How can we understand collaborative behaviours in Maker projects on platforms?

Makers very often work in collaboration with other people, and several times they share their work online as open source (software, hardware, design, …). I’ve been researching how people work collaboratively especially in Open Design projects for several years, and now a bit also in MAKE-IT as well, especially in how these collaborative behaviours could be understood in connections with platforms and especially Collective Awareness Platforms (CAPS).

Makers (and designers and engineers and …) could engage in Open Design in several ways: designing projects, discussing projects, discussing Open Design itself, building platforms that host Open Design projects (like Fablabs.io, the open source platform of the global Fab Lab network)… and so on. These are among the many activities that could be done in the Open Design world and that have an influence on it, and platforms have an increasingly strong impact on these collaborative behaviours. Understanding collaborative processes by makers on such platforms is also an important steps towards understanding platforms in general. For these reasons I wrote a paper for the Design for Next conference (and published in The Design Journal) and a software library that tries to answer to this research question: how could the analysis of social interactions over time on such platforms improve the understanding of design-related collaborative processes?

Understanding this would enable us to advance our understanding of how platforms connects and influence makers and designers in their collaborative work on Open Design, and to provide support to the activity of Maker and Design researchers and of reflective practitioners as well. In this case I focused on analysing projects managed with the Git software and GitHub platform, which are very popular among software developers especially but also among makers. These tool and platform have been investigated with several approaches, papers and softwares, but not with makers, designers and Open Design as the main focus. Furthermore, it’s hard to find reusable software from these researches so that it would be easier to replicate them, especially for reflective practitioners (you would need to have some programming and data science skills, but several makers already have them!). For this reason I developed a software library in the Python language, since it is arguably the most popular language for data science, and therefore anybody can use the library for extracting data about collaborative behaviours on Git and GitHub; the analysis is up to you, with the tools that you prefer. This is therefore not only research, but also innovation as in disseminating research results and tools to make them available to everybody.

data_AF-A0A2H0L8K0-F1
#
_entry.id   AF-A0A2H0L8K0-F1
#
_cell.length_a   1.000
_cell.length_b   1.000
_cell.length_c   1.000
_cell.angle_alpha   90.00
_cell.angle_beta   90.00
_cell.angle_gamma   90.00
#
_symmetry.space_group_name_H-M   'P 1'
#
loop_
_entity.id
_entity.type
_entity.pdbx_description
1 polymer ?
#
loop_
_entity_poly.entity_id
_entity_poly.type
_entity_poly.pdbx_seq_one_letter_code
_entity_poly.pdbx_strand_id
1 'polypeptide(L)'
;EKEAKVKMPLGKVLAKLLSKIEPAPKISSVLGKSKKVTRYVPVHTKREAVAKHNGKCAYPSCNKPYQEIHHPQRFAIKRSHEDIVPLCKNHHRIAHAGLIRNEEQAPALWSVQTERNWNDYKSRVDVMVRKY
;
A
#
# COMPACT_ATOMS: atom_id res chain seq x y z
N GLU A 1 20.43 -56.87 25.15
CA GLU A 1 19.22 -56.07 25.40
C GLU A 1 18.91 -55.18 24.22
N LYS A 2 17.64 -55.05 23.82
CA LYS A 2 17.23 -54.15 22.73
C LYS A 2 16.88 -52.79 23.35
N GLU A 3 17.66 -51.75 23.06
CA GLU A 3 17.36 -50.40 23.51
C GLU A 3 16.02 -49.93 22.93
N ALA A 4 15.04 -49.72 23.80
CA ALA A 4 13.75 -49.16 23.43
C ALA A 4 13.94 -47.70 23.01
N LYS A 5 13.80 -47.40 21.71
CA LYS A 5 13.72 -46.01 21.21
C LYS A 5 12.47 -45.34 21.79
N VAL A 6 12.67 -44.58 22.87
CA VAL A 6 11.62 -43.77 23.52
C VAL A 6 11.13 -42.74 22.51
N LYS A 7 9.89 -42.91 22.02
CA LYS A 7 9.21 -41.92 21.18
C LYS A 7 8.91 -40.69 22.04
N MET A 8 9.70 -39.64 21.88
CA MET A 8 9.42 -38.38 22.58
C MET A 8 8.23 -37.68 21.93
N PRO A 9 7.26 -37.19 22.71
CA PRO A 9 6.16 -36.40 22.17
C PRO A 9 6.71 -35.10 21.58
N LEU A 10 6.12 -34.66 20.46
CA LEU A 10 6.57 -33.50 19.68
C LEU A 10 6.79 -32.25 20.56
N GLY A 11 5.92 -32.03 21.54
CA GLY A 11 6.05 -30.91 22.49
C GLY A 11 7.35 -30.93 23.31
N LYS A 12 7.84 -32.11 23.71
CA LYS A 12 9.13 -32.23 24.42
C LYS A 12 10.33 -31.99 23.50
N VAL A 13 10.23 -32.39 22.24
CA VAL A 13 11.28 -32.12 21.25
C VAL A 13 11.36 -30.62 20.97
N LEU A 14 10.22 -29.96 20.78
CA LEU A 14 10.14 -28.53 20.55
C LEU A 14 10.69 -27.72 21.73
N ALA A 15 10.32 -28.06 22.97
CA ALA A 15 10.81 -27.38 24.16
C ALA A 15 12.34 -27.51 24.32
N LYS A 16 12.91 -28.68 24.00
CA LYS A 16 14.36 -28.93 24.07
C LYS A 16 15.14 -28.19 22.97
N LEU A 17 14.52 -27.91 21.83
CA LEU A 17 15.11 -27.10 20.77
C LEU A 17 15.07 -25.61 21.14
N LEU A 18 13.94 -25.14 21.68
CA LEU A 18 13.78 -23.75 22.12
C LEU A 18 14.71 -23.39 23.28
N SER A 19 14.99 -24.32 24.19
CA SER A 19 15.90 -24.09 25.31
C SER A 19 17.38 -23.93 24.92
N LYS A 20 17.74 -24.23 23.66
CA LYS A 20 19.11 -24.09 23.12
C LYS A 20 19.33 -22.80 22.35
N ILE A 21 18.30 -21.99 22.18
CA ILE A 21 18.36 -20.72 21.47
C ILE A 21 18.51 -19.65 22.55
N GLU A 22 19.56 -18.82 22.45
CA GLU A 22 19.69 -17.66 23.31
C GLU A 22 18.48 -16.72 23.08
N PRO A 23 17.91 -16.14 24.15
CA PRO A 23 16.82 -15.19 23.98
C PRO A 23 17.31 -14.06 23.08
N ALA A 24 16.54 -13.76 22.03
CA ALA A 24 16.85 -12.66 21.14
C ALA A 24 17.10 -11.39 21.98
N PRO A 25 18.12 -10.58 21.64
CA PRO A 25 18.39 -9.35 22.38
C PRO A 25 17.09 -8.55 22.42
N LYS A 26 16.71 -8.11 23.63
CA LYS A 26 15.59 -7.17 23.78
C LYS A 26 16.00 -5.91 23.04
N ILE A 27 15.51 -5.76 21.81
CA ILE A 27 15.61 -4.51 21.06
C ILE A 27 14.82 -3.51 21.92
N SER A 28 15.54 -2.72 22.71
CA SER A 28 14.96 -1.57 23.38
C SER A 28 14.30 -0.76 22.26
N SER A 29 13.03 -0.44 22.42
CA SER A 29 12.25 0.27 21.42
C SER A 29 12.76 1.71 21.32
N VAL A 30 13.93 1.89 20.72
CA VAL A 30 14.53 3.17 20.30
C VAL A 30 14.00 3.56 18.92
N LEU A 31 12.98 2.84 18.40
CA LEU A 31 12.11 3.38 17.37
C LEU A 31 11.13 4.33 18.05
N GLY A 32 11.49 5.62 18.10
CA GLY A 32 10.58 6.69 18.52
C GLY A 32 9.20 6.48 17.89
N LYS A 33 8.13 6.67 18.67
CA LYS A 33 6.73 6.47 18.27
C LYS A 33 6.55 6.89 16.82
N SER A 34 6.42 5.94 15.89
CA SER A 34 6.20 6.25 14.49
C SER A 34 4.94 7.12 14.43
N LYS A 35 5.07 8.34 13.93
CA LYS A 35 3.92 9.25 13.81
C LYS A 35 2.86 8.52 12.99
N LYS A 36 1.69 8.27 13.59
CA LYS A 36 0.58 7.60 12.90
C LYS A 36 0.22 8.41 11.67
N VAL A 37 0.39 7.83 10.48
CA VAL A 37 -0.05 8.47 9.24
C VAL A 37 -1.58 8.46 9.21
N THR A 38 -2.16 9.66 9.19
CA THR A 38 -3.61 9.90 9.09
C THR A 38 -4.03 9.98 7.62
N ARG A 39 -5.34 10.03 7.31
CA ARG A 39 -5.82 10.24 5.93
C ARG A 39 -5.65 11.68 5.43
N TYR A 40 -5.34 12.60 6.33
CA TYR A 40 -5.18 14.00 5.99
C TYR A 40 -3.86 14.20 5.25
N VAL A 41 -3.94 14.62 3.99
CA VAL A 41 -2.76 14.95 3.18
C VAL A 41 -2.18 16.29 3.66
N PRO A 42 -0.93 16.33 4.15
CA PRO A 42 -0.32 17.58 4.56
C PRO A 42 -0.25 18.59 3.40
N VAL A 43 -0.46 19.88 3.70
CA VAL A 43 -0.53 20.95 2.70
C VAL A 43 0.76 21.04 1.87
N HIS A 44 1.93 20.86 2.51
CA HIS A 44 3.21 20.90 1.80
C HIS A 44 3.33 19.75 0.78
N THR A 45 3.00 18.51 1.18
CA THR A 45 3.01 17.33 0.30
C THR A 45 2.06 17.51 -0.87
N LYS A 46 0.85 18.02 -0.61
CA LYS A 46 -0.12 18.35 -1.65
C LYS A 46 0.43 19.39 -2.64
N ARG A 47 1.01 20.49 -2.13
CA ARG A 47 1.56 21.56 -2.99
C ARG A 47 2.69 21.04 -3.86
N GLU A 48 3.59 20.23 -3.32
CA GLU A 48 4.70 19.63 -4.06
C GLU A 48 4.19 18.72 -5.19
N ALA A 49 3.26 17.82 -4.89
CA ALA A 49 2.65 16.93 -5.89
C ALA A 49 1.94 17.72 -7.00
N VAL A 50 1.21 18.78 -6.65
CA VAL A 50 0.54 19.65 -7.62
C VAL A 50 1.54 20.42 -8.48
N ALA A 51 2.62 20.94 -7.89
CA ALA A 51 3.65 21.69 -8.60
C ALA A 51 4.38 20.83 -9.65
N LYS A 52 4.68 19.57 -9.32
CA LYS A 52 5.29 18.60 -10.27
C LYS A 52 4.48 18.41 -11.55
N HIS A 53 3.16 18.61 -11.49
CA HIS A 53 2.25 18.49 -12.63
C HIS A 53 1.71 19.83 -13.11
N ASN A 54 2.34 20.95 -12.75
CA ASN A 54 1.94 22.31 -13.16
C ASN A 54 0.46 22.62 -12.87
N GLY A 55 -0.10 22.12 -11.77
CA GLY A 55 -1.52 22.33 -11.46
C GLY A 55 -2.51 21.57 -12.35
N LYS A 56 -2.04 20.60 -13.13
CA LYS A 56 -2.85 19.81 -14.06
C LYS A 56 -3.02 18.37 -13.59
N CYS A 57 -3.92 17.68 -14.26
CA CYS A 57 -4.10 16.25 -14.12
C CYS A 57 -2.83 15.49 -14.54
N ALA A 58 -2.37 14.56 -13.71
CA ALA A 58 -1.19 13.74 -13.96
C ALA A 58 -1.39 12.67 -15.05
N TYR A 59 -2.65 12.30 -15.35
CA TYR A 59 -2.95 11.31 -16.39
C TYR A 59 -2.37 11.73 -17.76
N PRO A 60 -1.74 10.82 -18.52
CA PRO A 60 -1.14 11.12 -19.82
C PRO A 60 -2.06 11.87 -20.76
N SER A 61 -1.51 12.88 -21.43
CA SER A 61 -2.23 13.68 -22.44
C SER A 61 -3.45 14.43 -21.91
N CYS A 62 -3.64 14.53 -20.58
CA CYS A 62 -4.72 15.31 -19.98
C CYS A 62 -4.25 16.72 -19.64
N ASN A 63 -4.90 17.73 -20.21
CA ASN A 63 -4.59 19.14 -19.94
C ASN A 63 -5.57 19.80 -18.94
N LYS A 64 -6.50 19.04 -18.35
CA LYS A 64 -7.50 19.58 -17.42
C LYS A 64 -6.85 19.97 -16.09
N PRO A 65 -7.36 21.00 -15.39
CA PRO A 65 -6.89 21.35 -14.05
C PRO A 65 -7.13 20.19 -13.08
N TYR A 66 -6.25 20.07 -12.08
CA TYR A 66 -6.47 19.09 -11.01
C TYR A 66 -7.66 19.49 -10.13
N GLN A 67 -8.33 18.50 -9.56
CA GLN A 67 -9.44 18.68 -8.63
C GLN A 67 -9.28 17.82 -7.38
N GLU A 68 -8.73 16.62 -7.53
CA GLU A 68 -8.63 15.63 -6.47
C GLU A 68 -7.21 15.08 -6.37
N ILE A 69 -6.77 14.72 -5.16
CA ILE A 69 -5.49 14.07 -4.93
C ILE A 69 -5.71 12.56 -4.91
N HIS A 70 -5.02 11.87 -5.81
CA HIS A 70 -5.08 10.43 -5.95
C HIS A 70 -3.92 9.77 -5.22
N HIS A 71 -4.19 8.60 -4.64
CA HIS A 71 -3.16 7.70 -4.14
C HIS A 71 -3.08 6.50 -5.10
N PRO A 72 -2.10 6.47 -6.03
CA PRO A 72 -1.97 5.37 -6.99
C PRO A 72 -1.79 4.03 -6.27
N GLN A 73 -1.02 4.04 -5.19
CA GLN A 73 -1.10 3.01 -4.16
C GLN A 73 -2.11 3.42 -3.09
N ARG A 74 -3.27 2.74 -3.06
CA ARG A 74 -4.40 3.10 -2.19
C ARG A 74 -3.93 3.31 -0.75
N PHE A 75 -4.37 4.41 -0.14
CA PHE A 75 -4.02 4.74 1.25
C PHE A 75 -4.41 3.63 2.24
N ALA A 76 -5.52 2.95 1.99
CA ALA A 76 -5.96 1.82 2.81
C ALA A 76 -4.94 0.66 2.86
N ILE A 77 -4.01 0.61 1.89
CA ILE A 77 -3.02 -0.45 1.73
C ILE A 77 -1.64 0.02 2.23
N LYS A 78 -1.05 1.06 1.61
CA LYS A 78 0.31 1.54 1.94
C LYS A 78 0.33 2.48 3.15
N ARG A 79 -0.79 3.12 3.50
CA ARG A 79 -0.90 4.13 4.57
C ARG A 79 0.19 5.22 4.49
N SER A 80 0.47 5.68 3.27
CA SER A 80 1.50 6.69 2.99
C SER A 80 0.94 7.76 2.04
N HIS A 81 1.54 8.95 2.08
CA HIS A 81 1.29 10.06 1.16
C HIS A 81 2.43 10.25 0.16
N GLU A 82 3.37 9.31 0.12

I called this library platform_analysis since its aim is to analyse interactions over time in several platforms; for the moment it works with Git and GitHub, but it will be soon extended to other platforms. The library extracts the data from projects and returns a graph of time-stamped interactions that can be then analysed with social network analysis: interactions can be then analysed for the project as a whole or as they happen through time, and we can see therefore how participants collaborated in a project, in which kind of interactions and when. This would enable researchers and practitioners to understand what is happening in such projects and platforms.